Young women wear the chastity covers before marriage as well as wives waiting for their husbands to come home. Some are adorned with flower patterns but most show the conch shell, the symbol of Vishnu, the Preserver and Protector wed to Mother Earth, who is tied to the concept of the universal womb.
On the other hand, the BSP collection of ancestral gold bound for New York includes the “piloncito” – a gold nugget used as a coin in ancient days, as well as a couple of royal gold belts -“kandits” – weighing over a kilo.
Parisians have seen the BSP gold treasures twice before and were amazed at the sophistication and artistry of Filipino pre-colonial gold ornaments. In the 1990s and in 2013, Musée du quai Branly exhibited them. But this will be the first time Americans will behold them.
“The Philippines tend to be perceived internationally in terms of its colonial history under Spain and under the US. We Filipinos also tend to perceive our cultural heritage in terms of our Catholic, Hispanicized and Americanized identities,” remarked Fernando Zobel de Ayala, president of Ayala Corp.
“This exhibition demonstrates to the international community, and to everyone at home, that the Philippines had a sophisticated culture before contact with the West,” he underscored.
It proves “We had close ties with the Hindu-Buddhist cultures of Southeast Asia and the Asian mainland and that our precolonial culture was actually very similar to those of our Hindu-Buddhist neighbors before Westernization. The superior quality of the gold ornaments also dispels the Western stereotype of pre-colonial Filipinos as ignorant and primitive before Spanish and American intervention.”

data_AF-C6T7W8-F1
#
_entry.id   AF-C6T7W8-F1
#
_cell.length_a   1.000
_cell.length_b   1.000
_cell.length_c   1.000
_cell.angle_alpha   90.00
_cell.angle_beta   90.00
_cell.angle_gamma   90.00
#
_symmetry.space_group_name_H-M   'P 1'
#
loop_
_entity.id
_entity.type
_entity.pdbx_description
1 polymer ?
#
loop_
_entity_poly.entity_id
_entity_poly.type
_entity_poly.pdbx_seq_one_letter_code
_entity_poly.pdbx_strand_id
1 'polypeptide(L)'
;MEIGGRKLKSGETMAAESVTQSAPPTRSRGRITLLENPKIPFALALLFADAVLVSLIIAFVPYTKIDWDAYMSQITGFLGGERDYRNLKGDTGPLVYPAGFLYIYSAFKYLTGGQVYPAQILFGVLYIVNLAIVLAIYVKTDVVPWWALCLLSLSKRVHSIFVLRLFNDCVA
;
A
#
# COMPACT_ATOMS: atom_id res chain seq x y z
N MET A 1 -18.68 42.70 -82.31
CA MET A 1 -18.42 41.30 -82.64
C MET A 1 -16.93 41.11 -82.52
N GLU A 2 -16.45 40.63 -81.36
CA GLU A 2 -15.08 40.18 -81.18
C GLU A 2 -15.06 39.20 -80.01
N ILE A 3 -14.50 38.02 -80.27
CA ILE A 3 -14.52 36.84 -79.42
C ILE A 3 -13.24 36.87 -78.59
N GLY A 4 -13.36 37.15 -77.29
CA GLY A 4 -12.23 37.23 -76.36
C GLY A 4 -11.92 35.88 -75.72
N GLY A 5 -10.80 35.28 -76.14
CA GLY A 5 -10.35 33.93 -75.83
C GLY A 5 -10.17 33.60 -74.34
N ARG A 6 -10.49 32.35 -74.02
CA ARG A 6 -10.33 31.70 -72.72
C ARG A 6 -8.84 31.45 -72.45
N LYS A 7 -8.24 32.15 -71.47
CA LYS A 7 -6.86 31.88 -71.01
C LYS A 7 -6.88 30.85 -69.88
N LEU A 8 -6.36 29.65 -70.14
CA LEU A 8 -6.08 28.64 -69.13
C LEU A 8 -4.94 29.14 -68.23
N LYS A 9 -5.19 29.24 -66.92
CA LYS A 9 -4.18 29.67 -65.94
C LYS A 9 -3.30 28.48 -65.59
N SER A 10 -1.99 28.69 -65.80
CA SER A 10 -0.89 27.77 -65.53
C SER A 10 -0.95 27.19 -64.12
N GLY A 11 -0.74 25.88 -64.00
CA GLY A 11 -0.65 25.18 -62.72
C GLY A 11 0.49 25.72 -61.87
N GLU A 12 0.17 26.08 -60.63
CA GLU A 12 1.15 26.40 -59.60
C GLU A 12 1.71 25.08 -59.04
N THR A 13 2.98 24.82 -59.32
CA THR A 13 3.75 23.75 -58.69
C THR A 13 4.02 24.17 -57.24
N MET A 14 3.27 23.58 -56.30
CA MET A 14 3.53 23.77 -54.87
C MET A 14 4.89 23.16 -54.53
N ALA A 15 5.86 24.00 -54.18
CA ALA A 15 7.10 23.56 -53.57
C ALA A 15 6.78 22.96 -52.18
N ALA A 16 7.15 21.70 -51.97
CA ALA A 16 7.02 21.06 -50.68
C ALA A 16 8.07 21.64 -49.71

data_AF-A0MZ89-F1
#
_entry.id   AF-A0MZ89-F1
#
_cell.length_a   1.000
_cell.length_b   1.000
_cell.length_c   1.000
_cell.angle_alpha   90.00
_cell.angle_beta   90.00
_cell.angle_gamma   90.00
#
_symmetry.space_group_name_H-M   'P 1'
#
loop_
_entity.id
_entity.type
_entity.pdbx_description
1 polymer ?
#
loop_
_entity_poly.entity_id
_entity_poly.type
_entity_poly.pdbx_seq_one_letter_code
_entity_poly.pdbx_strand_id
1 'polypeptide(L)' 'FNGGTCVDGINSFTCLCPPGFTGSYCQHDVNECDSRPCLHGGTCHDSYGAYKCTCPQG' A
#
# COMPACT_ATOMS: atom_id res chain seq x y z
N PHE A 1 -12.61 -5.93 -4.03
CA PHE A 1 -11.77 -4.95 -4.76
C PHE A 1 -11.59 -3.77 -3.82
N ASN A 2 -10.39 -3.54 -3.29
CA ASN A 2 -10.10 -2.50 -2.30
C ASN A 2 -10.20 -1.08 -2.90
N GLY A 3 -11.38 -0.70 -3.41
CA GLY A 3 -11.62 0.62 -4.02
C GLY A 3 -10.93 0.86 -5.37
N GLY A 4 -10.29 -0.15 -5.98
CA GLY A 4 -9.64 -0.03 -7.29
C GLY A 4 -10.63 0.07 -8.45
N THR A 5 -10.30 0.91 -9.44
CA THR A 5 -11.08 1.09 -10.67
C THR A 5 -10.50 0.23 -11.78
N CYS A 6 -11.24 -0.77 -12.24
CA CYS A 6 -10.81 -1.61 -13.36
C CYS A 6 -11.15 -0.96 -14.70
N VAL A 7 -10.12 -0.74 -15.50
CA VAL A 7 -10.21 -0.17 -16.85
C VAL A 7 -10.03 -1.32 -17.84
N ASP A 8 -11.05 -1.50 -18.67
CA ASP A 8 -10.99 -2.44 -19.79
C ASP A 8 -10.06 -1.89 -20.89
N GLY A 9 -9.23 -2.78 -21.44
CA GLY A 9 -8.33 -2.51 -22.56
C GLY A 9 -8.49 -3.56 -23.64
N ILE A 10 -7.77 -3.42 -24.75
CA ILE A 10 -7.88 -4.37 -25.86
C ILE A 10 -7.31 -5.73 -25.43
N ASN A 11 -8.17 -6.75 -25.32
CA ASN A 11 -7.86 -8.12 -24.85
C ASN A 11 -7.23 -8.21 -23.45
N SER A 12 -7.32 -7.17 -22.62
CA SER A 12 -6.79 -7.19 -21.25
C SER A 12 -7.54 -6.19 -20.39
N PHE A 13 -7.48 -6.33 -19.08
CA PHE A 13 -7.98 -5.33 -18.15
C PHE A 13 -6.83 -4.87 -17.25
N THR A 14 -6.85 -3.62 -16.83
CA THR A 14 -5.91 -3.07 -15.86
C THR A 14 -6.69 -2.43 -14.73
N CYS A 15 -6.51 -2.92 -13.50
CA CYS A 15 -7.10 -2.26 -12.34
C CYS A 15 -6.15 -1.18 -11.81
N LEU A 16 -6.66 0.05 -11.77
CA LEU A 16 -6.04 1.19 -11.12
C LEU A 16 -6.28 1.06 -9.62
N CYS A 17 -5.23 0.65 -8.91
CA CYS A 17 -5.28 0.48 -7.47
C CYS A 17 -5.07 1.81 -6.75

In addition, “These artifacts are very little known scholarship-wise, so with the opportunity to bring them to New York, we are holding symposiums that place the collection in the whole realm of historical scholarship in the Austronesian context,” puts in Asia Society Philippine Chair Doris Magsaysay-Ho.
Philippine Gold: Treasures of Forgotten Kingdoms is made possible by Ayala Corporation, with additional support provided by exhibition partners Bank of Philippine Islands, Del Monte Foods, Inc., Philippine Airlines, ABS-CBN The Filipino Channel and Tourism Promotions Board Philippines and exhibition benefactors CLSA, Coca-Cola FEMSA Philippines, First Philippine Holdings Corporation, Goldman Sachs Gives, J.P. Morgan, Philam Life, an AIA Company, San Miguel Corporation, UBS AG and Western Union
Asia Society Museum, founded by John D. Rockefeller 3rd in 1956, is a nonpartisan, nonprofit institution with headquarters in New York, centers in Hong Kong and Houston, and offices in Los Angeles, Manila, Mumbai, San Francisco, Seoul, Shanghai, Sydney, and Washington, DC.
Asia Society Philippines Trustees include: Washington SyCip, Founding Chairman; Doris Magsaysay-Ho,Chair; Jorge L. Araneta, Joselito D. Campos, Jr., TeresitaSy-Coson, Frederick Y. Dy, Jaime Enrique Y. Gonzalez, Oscar M. Lopez, Atty. Ricardo J. Romulo, Edward A. Tortorici, Luis J.L Virata, Fernando Zobel de Ayala.
Asia Society Museum hours: Tuesday through Sunday from 11:00 A.M. – 6:00 P.M. and Friday from 11:00 A.M. – 9:00 P.M. Closed on Mondays and major holidays. General admission is $12, seniors $10, students $7, and free for members and persons under 16. Free admission on Friday evenings, 6:00 P.M. – 9:00 P.M. The Museum is closed Fridays after 6:00 P.M. from July 1 through Labor Day.